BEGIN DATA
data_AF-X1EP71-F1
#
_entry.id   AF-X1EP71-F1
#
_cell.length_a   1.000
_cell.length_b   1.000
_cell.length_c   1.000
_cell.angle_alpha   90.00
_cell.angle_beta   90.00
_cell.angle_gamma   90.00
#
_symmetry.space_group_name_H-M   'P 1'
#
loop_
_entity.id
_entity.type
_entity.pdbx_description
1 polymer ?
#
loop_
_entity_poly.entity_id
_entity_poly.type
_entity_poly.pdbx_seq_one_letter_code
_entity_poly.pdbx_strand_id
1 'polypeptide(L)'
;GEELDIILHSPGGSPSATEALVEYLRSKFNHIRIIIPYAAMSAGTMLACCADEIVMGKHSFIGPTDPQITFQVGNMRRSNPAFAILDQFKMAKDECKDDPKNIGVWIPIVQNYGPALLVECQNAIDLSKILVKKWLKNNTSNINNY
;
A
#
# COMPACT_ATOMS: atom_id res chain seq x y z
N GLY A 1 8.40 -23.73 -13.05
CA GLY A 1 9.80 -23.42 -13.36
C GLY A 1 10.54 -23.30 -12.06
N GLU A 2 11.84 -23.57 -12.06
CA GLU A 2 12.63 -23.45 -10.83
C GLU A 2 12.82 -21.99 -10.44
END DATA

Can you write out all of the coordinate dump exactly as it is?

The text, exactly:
data_AF-X1EP71-F1
#
_entry.id   AF-X1EP71-F1
#
_cell.length_a   1.000
_cell.length_b   1.000
_cell.length_c   1.000
_cell.angle_alpha   90.00
_cell.angle_beta   90.00
_cell.angle_gamma   90.00
#
_symmetry.space_group_name_H-M   'P 1'
#
loop_
_entity.id
_entity.type
_entity.pdbx_description
1 polymer ?
#
loop_
_entity_poly.entity_id
_entity_poly.type
_entity_poly.pdbx_seq_one_letter_code
_entity_poly.pdbx_strand_id
1 'polypeptide(L)'
;GEELDIILHSPGGSPSATEALVEYLRSKFNHIRIIIPYAAMSAGTMLACCADEIVMGKHSFIGPTDPQITFQVGNMRRSNPAFAILDQFKMAKDECKDDPKNIGVWIPIVQNYGPALLVECQNAIDLSKILVKKWLKNNTSNINNY
;
A
#
# COMPACT_ATOMS: atom_id res chain seq x y z
N GLY A 1 8.40 -23.73 -13.05
CA GLY A 1 9.80 -23.42 -13.36
C GLY A 1 10.54 -23.30 -12.06
N GLU A 2 11.84 -23.57 -12.06
CA GLU A 2 12.63 -23.45 -10.83
C GLU A 2 12.82 -21.99 -10.44